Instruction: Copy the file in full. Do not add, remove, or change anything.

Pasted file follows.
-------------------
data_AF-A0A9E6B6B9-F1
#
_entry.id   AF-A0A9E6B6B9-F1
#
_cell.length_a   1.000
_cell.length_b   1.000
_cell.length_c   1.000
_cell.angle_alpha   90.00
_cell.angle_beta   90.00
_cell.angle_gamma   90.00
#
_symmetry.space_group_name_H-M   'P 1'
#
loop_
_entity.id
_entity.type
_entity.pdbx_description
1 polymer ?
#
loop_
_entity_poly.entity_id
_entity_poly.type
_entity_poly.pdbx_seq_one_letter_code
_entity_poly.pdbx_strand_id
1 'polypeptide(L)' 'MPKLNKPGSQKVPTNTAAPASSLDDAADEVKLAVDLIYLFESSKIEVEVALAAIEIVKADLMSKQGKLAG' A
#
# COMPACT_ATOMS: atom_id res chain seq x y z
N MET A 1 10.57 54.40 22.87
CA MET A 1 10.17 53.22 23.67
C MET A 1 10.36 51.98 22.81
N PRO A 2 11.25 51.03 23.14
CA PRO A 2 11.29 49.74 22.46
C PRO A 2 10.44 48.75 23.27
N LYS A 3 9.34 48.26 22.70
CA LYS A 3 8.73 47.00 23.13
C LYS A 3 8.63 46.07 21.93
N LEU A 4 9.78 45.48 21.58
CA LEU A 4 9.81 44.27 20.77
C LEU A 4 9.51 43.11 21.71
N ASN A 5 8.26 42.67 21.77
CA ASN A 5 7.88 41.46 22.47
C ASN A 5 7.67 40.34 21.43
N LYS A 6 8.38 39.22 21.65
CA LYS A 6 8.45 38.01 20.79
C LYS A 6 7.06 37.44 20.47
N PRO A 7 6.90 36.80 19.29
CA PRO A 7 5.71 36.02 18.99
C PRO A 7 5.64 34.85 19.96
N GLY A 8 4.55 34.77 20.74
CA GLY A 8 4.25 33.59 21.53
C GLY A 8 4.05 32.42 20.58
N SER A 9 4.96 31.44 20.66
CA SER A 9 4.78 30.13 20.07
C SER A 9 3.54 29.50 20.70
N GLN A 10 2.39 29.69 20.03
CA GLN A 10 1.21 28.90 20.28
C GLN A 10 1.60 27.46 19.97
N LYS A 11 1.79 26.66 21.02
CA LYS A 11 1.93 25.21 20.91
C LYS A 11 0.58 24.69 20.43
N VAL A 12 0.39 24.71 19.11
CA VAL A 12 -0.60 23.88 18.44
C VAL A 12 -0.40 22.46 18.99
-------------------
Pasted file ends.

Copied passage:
data_AF-A0A9E6B6B9-F1
#
_entry.id   AF-A0A9E6B6B9-F1
#
_cell.length_a   1.000
_cell.length_b   1.000
_cell.length_c   1.000
_cell.angle_alpha   90.00
_cell.angle_beta   90.00
_cell.angle_gamma   90.00
#
_symmetry.space_group_name_H-M   'P 1'
#
loop_
_entity.id
_entity.type
_entity.pdbx_description
1 polymer ?
#
loop_
_entity_poly.entity_id
_entity_poly.type
_entity_poly.pdbx_seq_one_letter_code
_entity_poly.pdbx_strand_id
1 'polypeptide(L)' 'MPKLNKPGSQKVPTNTAAPASSLDDAADEVKLAVDLIYLFESSKIEVEVALAAIEIVKADLMSKQGKLAG' A
#
# COMPACT_ATOMS: atom_id res chain seq x y z
N MET A 1 10.57 54.40 22.87
CA MET A 1 10.17 53.22 23.67
C MET A 1 10.36 51.98 22.81
N PRO A 2 11.25 51.03 23.14
CA PRO A 2 11.29 49.74 22.46
C PRO A 2 10.44 48.75 23.27
N LYS A 3 9.34 48.26 22.70
CA LYS A 3 8.73 47.00 23.13
C LYS A 3 8.63 46.07 21.93
N LEU A 4 9.78 45.48 21.58
CA LEU A 4 9.81 44.27 20.77
C LEU A 4 9.51 43.11 21.71
N ASN A 5 8.26 42.67 21.77
CA ASN A 5 7.88 41.46 22.47
C ASN A 5 7.67 40.34 21.43
N LYS A 6 8.38 39.22 21.65
CA LYS A 6 8.45 38.01 20.79
C LYS A 6 7.06 37.44 20.47
N PRO A 7 6.90 36.80 19.29
CA PRO A 7 5.71 36.02 18.99
C PRO A 7 5.64 34.85 19.96
N GLY A 8 4.55 34.77 20.74
CA GLY A 8 4.25 33.59 21.53
C GLY A 8 4.05 32.42 20.58
N SER A 9 4.96 31.44 20.66
CA SER A 9 4.78 30.13 20.07
C SER A 9 3.54 29.50 20.70
N GLN A 10 2.39 29.69 20.03
CA GLN A 10 1.21 28.90 20.28
C GLN A 10 1.60 27.46 19.97
N LYS A 11 1.79 26.66 21.02
CA LYS A 11 1.93 25.21 20.91
C LYS A 11 0.58 24.69 20.43
N VAL A 12 0.39 24.71 19.11
CA VAL A 12 -0.60 23.88 18.44
C VAL A 12 -0.40 22.46 18.99